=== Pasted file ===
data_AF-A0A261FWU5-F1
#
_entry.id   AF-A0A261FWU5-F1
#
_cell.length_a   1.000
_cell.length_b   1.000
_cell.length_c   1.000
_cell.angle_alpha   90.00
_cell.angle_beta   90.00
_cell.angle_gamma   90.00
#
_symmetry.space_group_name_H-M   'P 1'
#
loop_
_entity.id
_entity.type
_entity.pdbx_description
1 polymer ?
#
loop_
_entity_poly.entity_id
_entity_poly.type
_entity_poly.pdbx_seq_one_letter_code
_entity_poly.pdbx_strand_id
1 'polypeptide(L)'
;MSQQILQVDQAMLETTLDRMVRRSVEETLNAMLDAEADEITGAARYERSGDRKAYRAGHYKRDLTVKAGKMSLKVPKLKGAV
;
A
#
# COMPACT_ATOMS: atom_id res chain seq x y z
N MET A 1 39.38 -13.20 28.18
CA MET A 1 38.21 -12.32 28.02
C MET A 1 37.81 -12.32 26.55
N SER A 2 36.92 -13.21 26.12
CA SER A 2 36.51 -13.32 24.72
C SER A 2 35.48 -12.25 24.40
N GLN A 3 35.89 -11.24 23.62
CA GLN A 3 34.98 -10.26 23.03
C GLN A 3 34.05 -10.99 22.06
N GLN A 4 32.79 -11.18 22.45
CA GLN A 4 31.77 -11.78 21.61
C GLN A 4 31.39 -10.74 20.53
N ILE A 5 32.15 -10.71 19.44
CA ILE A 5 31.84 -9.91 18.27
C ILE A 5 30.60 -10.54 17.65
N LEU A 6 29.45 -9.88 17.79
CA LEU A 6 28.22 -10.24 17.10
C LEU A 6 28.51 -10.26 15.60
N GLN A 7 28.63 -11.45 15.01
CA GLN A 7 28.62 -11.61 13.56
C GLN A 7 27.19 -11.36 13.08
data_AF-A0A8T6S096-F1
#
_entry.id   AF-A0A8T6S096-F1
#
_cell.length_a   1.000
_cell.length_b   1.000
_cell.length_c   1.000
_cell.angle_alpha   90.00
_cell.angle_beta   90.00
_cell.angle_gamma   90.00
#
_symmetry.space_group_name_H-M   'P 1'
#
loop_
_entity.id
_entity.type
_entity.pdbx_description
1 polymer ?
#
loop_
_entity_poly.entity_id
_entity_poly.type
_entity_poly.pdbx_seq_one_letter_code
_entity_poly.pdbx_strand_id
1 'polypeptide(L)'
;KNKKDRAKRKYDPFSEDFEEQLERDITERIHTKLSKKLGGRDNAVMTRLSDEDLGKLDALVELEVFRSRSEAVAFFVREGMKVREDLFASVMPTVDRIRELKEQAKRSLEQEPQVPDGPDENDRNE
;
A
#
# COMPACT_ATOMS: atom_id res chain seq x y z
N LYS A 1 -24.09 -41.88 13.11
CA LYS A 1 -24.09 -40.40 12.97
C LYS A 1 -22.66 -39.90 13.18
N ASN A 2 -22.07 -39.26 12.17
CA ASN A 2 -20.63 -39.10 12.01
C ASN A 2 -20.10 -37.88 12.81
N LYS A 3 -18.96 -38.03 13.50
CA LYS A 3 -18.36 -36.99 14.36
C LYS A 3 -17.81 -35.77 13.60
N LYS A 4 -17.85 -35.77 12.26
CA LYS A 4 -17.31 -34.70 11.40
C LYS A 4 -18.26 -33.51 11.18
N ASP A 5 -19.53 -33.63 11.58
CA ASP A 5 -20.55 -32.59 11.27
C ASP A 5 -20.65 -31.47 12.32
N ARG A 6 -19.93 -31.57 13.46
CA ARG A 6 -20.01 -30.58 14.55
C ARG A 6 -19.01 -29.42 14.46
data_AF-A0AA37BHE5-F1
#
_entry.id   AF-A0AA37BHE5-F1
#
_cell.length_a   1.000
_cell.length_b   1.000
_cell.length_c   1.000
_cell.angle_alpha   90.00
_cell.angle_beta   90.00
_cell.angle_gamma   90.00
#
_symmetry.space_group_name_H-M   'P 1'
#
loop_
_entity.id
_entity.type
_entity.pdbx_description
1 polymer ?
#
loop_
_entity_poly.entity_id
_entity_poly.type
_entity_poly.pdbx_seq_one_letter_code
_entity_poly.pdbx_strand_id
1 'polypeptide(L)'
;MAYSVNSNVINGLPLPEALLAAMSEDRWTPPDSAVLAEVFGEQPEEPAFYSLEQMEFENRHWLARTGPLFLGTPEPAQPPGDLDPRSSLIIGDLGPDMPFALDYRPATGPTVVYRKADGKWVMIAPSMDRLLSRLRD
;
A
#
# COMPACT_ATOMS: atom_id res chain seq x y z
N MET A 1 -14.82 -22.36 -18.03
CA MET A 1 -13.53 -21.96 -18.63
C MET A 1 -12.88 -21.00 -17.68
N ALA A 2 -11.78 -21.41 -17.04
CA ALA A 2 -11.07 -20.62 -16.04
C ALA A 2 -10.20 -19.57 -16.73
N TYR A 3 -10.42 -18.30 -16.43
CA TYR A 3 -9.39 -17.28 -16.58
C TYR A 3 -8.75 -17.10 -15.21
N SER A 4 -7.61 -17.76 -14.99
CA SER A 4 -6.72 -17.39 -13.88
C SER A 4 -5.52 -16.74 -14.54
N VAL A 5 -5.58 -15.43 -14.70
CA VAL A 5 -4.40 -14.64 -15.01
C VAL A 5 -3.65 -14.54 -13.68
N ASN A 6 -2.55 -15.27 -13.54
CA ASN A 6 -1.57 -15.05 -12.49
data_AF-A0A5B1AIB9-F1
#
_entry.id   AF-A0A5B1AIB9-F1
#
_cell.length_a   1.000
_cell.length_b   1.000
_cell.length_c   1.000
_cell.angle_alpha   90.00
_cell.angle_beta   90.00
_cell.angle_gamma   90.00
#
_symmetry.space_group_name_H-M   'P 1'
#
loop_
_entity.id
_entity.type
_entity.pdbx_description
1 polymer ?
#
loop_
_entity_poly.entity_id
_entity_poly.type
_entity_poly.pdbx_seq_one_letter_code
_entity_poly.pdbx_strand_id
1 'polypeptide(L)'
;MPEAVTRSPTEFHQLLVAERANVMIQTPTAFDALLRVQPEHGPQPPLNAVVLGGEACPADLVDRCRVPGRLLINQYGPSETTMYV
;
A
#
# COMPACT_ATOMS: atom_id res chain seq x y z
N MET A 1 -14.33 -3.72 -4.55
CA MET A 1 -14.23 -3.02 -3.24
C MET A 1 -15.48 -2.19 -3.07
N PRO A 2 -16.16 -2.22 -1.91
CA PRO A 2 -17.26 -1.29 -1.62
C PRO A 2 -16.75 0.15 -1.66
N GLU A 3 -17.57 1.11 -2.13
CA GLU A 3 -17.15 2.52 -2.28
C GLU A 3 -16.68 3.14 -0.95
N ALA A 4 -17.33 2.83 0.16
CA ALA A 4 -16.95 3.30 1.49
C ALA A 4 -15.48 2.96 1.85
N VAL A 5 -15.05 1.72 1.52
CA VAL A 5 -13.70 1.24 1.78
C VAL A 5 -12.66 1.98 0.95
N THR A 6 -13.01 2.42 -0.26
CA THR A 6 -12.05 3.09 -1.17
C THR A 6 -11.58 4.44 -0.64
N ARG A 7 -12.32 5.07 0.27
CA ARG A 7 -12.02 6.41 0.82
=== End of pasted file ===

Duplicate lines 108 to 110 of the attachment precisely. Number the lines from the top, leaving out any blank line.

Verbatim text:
_cell.angle_beta   90.00
_cell.angle_gamma   90.00
#